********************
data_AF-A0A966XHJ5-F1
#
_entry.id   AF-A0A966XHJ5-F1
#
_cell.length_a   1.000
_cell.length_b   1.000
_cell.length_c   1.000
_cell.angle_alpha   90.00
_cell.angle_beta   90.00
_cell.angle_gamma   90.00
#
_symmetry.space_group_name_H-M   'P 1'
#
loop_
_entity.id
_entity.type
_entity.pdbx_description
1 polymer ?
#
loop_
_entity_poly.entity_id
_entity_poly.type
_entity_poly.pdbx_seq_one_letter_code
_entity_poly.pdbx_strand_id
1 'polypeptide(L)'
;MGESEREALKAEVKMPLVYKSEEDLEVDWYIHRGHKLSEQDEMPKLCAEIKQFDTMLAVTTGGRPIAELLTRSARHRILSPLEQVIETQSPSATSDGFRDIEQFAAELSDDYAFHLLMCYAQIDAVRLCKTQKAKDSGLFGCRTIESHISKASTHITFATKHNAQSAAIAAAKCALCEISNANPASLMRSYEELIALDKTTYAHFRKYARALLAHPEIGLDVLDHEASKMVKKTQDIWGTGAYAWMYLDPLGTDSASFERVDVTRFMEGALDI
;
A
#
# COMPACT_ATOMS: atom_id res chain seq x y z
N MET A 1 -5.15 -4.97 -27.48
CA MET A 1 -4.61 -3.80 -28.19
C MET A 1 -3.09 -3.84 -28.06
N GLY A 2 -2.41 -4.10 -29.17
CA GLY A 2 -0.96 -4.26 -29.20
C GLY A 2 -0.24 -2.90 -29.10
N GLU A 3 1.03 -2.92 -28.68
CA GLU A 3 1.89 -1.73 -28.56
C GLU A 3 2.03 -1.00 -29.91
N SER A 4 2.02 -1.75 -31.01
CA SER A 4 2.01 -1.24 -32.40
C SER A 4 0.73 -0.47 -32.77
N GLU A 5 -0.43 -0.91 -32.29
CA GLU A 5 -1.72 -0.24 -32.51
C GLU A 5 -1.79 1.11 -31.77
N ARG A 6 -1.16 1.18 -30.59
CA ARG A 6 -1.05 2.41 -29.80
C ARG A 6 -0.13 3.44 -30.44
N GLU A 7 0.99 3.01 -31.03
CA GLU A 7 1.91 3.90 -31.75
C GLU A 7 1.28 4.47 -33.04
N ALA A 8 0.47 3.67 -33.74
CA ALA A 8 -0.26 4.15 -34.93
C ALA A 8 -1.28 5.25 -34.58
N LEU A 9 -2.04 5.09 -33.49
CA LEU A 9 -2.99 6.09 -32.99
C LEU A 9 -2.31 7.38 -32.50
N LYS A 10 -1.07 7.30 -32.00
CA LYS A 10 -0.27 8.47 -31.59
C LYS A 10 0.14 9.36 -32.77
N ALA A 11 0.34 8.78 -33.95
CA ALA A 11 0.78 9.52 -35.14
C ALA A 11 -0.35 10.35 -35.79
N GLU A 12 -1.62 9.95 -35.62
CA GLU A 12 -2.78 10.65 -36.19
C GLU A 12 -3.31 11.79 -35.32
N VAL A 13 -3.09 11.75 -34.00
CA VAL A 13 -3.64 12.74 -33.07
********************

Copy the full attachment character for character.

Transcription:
data_AF-A0A966XHJ5-F1
#
_entry.id   AF-A0A966XHJ5-F1
#
_cell.length_a   1.000
_cell.length_b   1.000
_cell.length_c   1.000
_cell.angle_alpha   90.00
_cell.angle_beta   90.00
_cell.angle_gamma   90.00
#
_symmetry.space_group_name_H-M   'P 1'
#
loop_
_entity.id
_entity.type
_entity.pdbx_description
1 polymer ?
#
loop_
_entity_poly.entity_id
_entity_poly.type
_entity_poly.pdbx_seq_one_letter_code
_entity_poly.pdbx_strand_id
1 'polypeptide(L)'
;MGESEREALKAEVKMPLVYKSEEDLEVDWYIHRGHKLSEQDEMPKLCAEIKQFDTMLAVTTGGRPIAELLTRSARHRILSPLEQVIETQSPSATSDGFRDIEQFAAELSDDYAFHLLMCYAQIDAVRLCKTQKAKDSGLFGCRTIESHISKASTHITFATKHNAQSAAIAAAKCALCEISNANPASLMRSYEELIALDKTTYAHFRKYARALLAHPEIGLDVLDHEASKMVKKTQDIWGTGAYAWMYLDPLGTDSASFERVDVTRFMEGALDI
;
A
#
# COMPACT_ATOMS: atom_id res chain seq x y z
N MET A 1 -5.15 -4.97 -27.48
CA MET A 1 -4.61 -3.80 -28.19
C MET A 1 -3.09 -3.84 -28.06
N GLY A 2 -2.41 -4.10 -29.17
CA GLY A 2 -0.96 -4.26 -29.20
C GLY A 2 -0.24 -2.90 -29.10
N GLU A 3 1.03 -2.92 -28.68
CA GLU A 3 1.89 -1.73 -28.56
C GLU A 3 2.03 -1.00 -29.91
N SER A 4 2.02 -1.75 -31.01
CA SER A 4 2.01 -1.24 -32.40
C SER A 4 0.73 -0.47 -32.77
N GLU A 5 -0.43 -0.91 -32.29
CA GLU A 5 -1.72 -0.24 -32.51
C GLU A 5 -1.79 1.11 -31.77
N ARG A 6 -1.16 1.18 -30.59
CA ARG A 6 -1.05 2.41 -29.80
C ARG A 6 -0.13 3.44 -30.44
N GLU A 7 0.99 3.01 -31.03
CA GLU A 7 1.91 3.90 -31.75
C GLU A 7 1.28 4.47 -33.04
N ALA A 8 0.47 3.67 -33.74
CA ALA A 8 -0.26 4.15 -34.93
C ALA A 8 -1.28 5.25 -34.58
N LEU A 9 -2.04 5.09 -33.49
CA LEU A 9 -2.99 6.09 -32.99
C LEU A 9 -2.31 7.38 -32.50
N LYS A 10 -1.07 7.30 -32.00
CA LYS A 10 -0.27 8.47 -31.59
C LYS A 10 0.14 9.36 -32.77
N ALA A 11 0.34 8.78 -33.95
CA ALA A 11 0.78 9.52 -35.14
C ALA A 11 -0.35 10.35 -35.79
N GLU A 12 -1.62 9.95 -35.62
CA GLU A 12 -2.78 10.65 -36.19
C GLU A 12 -3.31 11.79 -35.32
N VAL A 13 -3.09 11.75 -34.00
CA VAL A 13 -3.64 12.74 -33.07